1. What happens if you carefully consider the surrounding context of a passage, but ignore its literary genre?
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When you are reading the Bible, understanding and interpreting the true meaning is one of the most crucial things we must do. In the text, Hays and Duvall say that “we would go so far as to say that the most important principle of biblical interpretation is that context determines meaning.” If we make the mistake of ignoring the context, it often leads to misinterpretation and confusion of what the scriptures are really trying to say. It is important to know the historical-cultural context as well as the literary context in order to properly understand what is being said.
2. Besides those examples cited in this chapter, what are some instances of interpreting a biblical passage apart from its immediate context?
I think it is always important to really understand what you are reading in the Bible; because sometimes when we are reading the Bible, in hopes of finding an answer to a question, it could be easy to twist the text to make it fit your situation. I think a lot of times this happens in very unfortunate ways, like when people are trying to use the word against one another. I have personally seen people use Bible verses against a person or a group of people to bring them down, or to make themselves seem superior to another group of people. I do not believe the Bible should be used to harm one another, or to persecute people. One of my favorite quotes from Hays & Duvall is “misreading the Bible ultimately hurts people by enslaving them, rather than setting them free with truth.”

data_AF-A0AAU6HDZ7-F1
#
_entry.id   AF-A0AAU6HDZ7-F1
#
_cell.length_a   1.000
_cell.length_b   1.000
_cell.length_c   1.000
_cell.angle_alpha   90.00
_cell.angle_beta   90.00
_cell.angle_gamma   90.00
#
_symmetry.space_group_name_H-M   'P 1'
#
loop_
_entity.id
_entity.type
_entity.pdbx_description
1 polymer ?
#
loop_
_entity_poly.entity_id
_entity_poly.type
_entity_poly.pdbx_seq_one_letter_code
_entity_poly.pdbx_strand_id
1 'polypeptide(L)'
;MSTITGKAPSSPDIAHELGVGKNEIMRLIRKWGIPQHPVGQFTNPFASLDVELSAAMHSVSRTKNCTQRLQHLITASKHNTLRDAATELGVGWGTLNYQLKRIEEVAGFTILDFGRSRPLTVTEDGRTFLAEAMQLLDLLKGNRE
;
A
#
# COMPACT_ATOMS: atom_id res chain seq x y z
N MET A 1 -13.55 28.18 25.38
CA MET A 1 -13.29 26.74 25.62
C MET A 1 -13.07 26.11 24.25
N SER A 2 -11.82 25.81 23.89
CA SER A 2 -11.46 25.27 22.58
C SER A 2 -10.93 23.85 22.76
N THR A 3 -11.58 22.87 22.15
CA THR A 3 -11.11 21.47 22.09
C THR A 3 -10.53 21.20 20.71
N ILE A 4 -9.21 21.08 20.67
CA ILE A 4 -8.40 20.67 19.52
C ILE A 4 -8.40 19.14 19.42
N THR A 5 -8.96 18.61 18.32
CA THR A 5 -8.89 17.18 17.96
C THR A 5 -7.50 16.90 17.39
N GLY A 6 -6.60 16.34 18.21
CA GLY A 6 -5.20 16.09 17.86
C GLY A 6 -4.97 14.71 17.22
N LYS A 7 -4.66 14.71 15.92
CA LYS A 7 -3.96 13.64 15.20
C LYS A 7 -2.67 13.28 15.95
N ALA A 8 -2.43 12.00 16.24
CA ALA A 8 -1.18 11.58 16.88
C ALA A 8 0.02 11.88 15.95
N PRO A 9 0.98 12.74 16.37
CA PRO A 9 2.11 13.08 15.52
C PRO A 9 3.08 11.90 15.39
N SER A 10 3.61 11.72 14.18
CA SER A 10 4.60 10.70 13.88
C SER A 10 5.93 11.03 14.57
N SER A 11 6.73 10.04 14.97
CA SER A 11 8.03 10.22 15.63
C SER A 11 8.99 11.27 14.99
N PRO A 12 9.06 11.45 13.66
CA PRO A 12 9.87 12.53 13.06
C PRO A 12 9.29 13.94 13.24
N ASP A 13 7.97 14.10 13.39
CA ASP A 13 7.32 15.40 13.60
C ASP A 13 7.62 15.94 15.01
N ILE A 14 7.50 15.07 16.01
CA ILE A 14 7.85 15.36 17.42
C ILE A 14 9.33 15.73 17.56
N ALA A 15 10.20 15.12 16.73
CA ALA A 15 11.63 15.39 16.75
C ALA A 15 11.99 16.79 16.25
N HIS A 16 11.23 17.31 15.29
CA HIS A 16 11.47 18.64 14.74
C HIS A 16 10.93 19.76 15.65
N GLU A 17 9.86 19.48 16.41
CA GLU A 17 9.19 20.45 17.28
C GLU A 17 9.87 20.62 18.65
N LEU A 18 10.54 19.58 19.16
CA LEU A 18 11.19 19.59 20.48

3. When is topical preaching contextually valid? When does it disregard and violate context?
Topical preaching can be vaild when the various passages are understood in context and the overall message doesn’t violate those individual contexts (Duvall & Hays, 2008). However, often topical preaching distorts the meaning of Scripture because it disregards the literary context. Topical preaching often disregards and violates context because it jumps from one passage to another, when this happens unrelated thoughts are strung together. It is like picking thoughts at random in order to shape your own conclusion, this is a violation of the context.
Duvall, J., & Hays, J. (2008). Journey into God’s Word. Grand Rapids, MI: